So check it out, the red-circled A (see above diagram), it consists of a totally different piece. It's a triangle, it's not a line. The remaining lines are even separated, spaced out, and "different" from your standard block letter "A". Yet, you can still recognize it as an "A" even with the triangle piece can you not?


The triangle represents adding in something outside of the Kata (i.e. Boxing, Wing Chun, or another technique). Something that you seamlessly add in from your cross-training that still aligns with the original concept.


At the seminar, I elucidated that when you develop applications, you need to find the biomechanical concept in the Kata/Kihon, then express them in different "fonts" or "designs".


You need to change the orientation, planes of motion, stretch out the movements etc., in order to express the concept in various ways. This expression of the Kata/Kihon so to speak is the Ha, the destruction of the original form. By writing in another font, you are now speaking a language!


These modifications need to happen to adapt to the ever changing chaos of violence. By sticking to the form, you will get hurt! You will just be in the “spelling“ phase and not expressing yourself in words or sentences!


Freedom Of Expression - "RI"


The Ri, is the fluid expression of this language, the application of the letters, the ability to write letters in many ways. This is total freedom. You are not confined to one standard way of writing the letter "A".


I basically illustrated this point as per the Youtube video below. The ideas illustrated here, were the same as in the seminar. I used the seminar to take a deeper dive into this concept.


In the end, you take your Kata movements, recognize the root concept (ie. find the letter "A"), then apply the root concept in various ways, by "drawing" it in various ways (eg. change the planes of motion, add in other arts that compliment it (ie., adding in the triangle - see the circled "A" above), separate and space out your limbs to suit an application (ie., spacing out the lines in the letter "A"), and rotate the original technique.


You make all these modifications to suit your purpose and context. How do you know your application is "right"?


Well, if it takes you out of the line of fire, puts you in a temporary tactical position of advantage while placing your opponent at a disadvantage, and finally allowing you to walk away safe, then I think it's "right", right?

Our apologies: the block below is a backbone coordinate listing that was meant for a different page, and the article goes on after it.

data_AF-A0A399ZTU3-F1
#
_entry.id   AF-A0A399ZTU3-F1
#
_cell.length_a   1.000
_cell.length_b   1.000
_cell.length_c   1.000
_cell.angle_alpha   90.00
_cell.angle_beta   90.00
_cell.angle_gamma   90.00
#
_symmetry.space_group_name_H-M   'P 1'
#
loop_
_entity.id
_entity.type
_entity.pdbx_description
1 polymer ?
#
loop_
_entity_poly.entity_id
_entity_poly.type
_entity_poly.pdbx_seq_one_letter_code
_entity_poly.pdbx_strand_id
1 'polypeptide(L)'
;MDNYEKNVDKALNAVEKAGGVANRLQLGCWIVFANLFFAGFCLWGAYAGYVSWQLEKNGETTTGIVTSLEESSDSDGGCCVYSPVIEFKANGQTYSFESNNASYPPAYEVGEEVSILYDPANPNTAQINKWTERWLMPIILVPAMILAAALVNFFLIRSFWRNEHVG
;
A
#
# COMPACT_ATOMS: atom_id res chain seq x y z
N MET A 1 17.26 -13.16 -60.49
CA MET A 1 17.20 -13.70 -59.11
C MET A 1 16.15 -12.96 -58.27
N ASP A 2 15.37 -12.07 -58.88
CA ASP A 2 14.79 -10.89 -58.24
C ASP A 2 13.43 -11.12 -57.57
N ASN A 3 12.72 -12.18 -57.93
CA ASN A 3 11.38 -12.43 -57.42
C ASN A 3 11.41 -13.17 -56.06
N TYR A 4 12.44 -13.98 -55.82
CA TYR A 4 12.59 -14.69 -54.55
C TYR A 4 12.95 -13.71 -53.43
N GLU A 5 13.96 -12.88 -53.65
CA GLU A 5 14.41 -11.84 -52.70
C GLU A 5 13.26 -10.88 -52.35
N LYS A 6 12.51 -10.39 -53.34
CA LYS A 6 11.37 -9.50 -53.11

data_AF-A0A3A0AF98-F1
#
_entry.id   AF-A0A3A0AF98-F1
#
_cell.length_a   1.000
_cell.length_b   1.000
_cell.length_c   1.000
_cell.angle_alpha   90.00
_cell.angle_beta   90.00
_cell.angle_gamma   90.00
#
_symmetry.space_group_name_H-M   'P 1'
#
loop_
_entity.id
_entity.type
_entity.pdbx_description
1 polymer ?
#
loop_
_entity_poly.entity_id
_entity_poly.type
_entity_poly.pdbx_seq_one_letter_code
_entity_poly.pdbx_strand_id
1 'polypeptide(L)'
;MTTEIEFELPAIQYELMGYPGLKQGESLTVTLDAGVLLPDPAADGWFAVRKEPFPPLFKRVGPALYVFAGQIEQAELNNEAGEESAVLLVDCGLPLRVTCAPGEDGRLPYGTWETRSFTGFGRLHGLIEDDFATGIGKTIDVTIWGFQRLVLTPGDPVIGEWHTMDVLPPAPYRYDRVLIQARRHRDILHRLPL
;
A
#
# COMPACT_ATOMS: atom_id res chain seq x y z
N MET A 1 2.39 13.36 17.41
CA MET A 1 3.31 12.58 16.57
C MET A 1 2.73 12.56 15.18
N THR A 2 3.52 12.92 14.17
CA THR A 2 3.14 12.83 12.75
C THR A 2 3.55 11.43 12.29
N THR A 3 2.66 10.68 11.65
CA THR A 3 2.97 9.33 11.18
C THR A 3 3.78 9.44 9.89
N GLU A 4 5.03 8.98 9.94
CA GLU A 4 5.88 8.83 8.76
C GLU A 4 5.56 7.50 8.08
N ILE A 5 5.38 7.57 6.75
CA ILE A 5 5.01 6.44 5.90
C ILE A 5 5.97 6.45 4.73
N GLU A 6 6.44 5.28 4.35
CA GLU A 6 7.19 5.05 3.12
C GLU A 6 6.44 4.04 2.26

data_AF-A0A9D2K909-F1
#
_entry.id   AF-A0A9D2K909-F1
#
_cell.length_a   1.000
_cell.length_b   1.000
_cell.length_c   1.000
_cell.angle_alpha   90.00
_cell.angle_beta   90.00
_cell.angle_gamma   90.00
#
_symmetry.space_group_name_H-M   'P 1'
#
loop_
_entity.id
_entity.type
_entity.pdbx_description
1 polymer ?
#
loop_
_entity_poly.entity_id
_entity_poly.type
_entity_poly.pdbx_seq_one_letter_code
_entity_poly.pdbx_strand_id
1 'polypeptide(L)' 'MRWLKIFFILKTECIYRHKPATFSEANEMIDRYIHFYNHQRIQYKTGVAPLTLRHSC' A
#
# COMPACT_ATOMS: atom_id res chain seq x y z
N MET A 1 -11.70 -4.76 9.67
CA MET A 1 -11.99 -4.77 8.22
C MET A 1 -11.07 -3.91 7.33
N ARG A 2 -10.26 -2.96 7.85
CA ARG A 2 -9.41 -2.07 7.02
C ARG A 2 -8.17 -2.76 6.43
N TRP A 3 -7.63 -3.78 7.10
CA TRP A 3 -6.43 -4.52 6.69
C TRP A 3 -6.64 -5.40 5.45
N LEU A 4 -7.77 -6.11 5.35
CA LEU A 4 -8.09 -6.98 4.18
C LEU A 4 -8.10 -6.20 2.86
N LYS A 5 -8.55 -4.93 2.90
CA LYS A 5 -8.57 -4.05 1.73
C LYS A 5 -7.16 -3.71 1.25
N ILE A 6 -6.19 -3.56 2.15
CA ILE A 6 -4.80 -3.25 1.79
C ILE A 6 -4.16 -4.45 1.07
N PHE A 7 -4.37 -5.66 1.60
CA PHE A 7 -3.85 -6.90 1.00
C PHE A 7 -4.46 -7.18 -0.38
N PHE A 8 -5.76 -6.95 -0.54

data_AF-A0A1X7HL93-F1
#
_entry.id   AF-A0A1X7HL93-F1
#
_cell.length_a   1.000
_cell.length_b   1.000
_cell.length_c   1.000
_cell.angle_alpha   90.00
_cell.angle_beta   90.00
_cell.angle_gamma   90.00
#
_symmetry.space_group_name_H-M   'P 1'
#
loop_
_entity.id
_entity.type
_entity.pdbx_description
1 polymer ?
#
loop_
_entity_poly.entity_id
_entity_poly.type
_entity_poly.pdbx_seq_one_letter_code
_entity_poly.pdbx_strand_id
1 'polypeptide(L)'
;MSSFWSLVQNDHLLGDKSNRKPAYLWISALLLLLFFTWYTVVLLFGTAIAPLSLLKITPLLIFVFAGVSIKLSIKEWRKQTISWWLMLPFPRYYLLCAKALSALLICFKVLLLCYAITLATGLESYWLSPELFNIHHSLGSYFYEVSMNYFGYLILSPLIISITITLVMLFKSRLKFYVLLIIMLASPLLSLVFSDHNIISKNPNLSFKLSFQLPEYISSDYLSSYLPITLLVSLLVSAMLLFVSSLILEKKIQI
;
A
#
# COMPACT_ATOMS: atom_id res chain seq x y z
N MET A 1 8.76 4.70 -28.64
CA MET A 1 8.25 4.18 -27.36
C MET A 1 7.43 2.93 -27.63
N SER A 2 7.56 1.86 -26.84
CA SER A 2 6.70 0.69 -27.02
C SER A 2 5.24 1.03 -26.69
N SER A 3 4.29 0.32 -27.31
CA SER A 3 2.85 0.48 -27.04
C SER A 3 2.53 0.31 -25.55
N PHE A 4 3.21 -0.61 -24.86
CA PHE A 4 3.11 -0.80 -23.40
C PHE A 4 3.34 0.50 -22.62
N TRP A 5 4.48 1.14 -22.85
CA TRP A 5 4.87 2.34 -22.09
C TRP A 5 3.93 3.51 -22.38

Denwood's "Ri"

I was excited to see Denwood come alive with his Kata. He demonstrated an explosively tight expression of his Kihon within the Naihanchi Kata. He clearly exemplified RI, or as he phrased it "the varying brush strokes" of the letter "A" by expressing the same Naihanchi Kihon in various ways.


He discussed how to change it up the opening move and use it to strike, trap, bump, eye poke, smash, stop, and interrupt motion in various ways. Check the video below for examples of this.

I think we both demonstrated clearly at our seminar, how you can express RI or the departing from the form, while still keeping the form biomechanically. The trick is to identify the biomechanical principle in the form, then apply it in various ways according to need and/or context.


Therefore, you need to make modifications to your Kata: change rotational planes, stretch out your limbs, contract, expand, vary your footwork, play with the rhythm and timing of the move etc.


Conclusion

Well, I am glad I met Chris Denwood Sensei. I think it was bound to happen. The mission behind Karate Unity is real simple. Reach out to others, share your craft, learn, create, and liberate your Martial Arts from the confines of stagnant Dogmatic practices.


Chris Denwood Living Karate, is living proof of this Karate Unity mission as demonstrated by his freedom of expression with his Karate. I am grateful that he allowed me to work with him, and I am grateful for all the international participants that joined us from 7 different countries.


The feedback was positive, and reassuring for both of us. To be honest, I am always weary to present my ideas to new audiences, but after this seminar, I got affirmations that I am on the right track. Thank you Chris Denwood Sensei, it was awesome to finally meet you virtually and I look forward to the future.



Karate, as with any Martial Art, needs to evolve. As mentioned in the seminar, the masters were continually studying, cross-training with other artists; heck Karate is really a remix of White Crane Kung fu, and many other South-East Asian Arts, but that's for another history lesson. Reach out to Sensei Andreas Quast on Facebook for deep dives into Karate history https://www.facebook.com/andi.q


If you want your Karate or any Martial Art to be functional for self defence, health, and fitness, I firmly believe you need to evolve your practice from simply regurgitating the movements "as-is" and avoid trying to "force feed" applications from the static positions in the Kata. Violence is chaotic, and your applications need to evolve with this chaos.


In the end, the Kata, as Denwood and myself pointed out in the seminar, should be seen as an "organic" set of changeable biomechanical principles that take on various forms, shapes, and applications depending on purpose and context.


From a Karate Unity perspective, cross-training allows us to see that in time, all the Martial Arts and Combat Sports have overlapping techniques that are used simply for different purposes and contexts.


What have you done to evolve your Martial Art?